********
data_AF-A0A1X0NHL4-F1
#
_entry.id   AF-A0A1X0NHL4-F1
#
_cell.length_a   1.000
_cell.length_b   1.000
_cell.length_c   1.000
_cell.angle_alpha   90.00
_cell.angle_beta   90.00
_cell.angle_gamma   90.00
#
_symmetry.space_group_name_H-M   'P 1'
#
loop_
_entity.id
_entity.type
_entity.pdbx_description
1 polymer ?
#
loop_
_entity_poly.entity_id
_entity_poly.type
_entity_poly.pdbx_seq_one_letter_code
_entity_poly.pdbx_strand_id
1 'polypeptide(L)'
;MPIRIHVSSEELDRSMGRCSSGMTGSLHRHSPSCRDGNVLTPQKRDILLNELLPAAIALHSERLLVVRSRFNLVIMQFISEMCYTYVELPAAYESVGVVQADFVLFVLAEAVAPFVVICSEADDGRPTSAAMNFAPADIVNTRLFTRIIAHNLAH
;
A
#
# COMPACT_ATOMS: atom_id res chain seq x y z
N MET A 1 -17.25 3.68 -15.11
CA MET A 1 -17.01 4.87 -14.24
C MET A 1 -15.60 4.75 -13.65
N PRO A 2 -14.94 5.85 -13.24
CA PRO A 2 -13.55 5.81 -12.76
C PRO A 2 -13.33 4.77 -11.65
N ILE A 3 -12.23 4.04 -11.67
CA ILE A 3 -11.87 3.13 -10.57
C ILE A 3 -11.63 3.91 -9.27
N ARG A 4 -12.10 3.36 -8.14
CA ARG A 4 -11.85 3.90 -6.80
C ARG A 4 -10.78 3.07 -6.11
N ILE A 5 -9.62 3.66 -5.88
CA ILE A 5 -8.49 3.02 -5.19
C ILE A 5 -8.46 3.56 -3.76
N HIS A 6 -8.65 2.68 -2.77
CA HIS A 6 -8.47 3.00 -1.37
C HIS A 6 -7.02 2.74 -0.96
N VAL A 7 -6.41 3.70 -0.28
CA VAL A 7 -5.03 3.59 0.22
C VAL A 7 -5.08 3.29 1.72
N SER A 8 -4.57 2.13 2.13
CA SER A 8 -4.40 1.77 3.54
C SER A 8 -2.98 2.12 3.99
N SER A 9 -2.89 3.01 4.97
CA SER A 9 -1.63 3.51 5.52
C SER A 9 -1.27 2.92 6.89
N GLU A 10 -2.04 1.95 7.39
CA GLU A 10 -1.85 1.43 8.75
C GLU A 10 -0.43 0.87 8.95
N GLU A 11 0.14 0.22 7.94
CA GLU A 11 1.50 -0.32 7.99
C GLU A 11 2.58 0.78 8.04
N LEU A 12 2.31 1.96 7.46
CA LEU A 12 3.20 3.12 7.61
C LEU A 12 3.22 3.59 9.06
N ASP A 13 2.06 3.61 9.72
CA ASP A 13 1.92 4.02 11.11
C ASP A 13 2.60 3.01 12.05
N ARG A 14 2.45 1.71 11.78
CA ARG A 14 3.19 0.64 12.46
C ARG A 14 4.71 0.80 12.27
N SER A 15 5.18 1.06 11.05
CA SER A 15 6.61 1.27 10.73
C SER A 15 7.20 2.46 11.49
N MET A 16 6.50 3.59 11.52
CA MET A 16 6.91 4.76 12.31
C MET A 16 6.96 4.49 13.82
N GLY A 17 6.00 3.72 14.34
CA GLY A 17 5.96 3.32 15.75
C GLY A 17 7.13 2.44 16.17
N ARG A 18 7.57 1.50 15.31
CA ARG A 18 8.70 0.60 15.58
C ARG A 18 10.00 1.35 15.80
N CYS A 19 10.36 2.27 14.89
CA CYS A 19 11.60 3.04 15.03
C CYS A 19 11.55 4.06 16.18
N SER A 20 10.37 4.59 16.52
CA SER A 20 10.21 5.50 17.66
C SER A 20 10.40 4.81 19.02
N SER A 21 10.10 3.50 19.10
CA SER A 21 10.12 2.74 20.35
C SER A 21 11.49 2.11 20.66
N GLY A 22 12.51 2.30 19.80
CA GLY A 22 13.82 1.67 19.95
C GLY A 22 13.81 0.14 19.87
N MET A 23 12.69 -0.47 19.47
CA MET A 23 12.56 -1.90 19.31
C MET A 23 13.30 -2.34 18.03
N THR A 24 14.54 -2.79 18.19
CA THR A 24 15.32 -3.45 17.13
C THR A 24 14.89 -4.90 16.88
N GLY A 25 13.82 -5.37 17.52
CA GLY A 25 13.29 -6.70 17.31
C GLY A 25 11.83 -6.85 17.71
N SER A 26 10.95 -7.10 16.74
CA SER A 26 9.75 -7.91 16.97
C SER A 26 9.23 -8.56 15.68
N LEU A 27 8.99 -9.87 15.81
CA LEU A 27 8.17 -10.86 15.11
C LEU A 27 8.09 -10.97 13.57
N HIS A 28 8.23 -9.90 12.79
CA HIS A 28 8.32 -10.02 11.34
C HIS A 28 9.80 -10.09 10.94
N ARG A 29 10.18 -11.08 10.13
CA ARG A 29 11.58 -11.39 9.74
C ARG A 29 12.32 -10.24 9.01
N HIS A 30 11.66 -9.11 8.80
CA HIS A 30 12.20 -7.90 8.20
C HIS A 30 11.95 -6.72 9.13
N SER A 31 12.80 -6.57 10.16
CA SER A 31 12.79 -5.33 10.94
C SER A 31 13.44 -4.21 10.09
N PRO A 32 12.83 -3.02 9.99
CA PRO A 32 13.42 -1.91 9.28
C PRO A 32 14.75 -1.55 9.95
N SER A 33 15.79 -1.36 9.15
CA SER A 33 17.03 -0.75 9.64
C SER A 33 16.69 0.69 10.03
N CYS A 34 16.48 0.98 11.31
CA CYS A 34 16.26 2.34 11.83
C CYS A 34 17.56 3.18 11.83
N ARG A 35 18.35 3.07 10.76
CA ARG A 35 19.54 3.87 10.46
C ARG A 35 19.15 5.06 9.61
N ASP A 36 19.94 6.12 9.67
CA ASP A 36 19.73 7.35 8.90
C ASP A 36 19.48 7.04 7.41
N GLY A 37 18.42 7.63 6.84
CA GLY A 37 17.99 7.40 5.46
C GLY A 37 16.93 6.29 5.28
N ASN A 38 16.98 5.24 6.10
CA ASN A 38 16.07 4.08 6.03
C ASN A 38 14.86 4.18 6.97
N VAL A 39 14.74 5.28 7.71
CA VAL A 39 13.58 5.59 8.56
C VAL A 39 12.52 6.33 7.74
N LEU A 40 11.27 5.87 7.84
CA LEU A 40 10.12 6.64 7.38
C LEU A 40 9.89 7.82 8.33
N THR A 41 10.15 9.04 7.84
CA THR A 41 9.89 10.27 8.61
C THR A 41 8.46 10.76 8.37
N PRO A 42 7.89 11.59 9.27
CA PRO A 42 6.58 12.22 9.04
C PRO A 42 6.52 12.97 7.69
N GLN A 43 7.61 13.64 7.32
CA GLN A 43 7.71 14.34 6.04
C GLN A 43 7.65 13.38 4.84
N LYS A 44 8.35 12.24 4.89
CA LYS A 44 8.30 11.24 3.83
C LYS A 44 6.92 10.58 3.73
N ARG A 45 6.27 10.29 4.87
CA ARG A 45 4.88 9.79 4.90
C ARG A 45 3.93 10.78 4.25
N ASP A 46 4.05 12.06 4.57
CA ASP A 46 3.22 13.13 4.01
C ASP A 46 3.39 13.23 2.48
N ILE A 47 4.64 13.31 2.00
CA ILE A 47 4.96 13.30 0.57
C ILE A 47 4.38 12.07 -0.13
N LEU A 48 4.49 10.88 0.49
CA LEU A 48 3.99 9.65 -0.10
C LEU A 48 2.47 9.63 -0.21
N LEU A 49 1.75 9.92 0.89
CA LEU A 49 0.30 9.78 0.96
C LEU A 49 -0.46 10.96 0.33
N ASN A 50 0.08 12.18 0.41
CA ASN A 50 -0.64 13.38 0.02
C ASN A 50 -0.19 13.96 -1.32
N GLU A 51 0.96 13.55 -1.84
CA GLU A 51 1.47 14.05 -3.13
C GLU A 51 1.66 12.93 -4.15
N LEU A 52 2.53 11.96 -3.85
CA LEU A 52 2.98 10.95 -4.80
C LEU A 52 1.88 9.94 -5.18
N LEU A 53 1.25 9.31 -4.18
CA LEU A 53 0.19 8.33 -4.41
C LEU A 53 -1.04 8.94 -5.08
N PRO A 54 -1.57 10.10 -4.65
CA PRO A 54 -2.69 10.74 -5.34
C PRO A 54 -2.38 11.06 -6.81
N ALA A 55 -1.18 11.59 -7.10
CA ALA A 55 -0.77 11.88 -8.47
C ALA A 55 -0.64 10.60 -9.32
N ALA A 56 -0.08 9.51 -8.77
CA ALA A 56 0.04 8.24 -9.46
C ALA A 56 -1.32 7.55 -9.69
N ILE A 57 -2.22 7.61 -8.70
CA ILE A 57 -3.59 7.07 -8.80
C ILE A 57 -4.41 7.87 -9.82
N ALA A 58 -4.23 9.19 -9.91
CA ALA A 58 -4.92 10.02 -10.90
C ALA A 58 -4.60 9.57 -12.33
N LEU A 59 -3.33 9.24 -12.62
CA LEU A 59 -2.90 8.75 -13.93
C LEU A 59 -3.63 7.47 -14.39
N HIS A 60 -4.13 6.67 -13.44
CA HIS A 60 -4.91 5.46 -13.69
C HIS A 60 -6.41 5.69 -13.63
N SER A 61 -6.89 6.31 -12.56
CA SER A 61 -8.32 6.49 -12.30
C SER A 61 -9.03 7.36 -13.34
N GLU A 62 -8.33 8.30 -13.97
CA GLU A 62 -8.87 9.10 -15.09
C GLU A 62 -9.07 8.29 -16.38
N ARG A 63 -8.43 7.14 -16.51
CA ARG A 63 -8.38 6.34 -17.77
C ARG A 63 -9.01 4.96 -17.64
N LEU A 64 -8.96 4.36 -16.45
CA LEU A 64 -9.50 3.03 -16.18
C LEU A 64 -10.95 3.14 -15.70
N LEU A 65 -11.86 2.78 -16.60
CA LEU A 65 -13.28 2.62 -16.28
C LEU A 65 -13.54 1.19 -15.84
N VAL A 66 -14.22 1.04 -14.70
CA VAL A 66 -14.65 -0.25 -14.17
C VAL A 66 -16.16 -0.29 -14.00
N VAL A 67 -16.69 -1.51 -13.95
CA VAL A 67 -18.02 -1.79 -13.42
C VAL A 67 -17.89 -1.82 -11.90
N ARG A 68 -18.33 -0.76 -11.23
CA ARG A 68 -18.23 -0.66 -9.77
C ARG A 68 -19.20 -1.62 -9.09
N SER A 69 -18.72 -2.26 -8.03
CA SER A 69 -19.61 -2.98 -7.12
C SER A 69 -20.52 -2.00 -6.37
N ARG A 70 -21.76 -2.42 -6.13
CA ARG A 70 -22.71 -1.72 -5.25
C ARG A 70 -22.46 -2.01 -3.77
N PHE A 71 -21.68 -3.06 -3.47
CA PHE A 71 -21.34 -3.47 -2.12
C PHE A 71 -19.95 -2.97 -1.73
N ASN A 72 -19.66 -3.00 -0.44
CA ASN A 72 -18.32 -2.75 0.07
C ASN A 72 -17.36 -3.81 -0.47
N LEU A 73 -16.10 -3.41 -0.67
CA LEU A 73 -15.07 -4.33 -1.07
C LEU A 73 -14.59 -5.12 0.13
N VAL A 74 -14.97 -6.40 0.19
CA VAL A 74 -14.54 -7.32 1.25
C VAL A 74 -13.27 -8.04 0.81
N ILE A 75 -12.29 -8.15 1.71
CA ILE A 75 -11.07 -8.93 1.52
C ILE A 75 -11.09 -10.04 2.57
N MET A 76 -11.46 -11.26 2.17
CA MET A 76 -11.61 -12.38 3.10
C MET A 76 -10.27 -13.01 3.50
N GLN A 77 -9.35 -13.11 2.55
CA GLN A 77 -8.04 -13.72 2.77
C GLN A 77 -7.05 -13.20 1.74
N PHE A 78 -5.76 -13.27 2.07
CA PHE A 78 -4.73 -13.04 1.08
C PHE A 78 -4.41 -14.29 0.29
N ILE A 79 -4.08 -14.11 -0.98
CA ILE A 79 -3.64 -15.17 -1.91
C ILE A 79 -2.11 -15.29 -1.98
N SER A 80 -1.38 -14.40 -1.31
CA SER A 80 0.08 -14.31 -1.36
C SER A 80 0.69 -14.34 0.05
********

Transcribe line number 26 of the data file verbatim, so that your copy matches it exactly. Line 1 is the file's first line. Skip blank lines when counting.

;MPIRIHVSSEELDRSMGRCSSGMTGSLHRHSPSCRDGNVLTPQKRDILLNELLPAAIALHSERLLVVRSRFNLVIMQFISEMCYTYVELPAAYESVGVVQADFVLFVLAEAVAPFVVICSEADDGRPTSAAMNFAPADIVNTRLFTRIIAHNLAH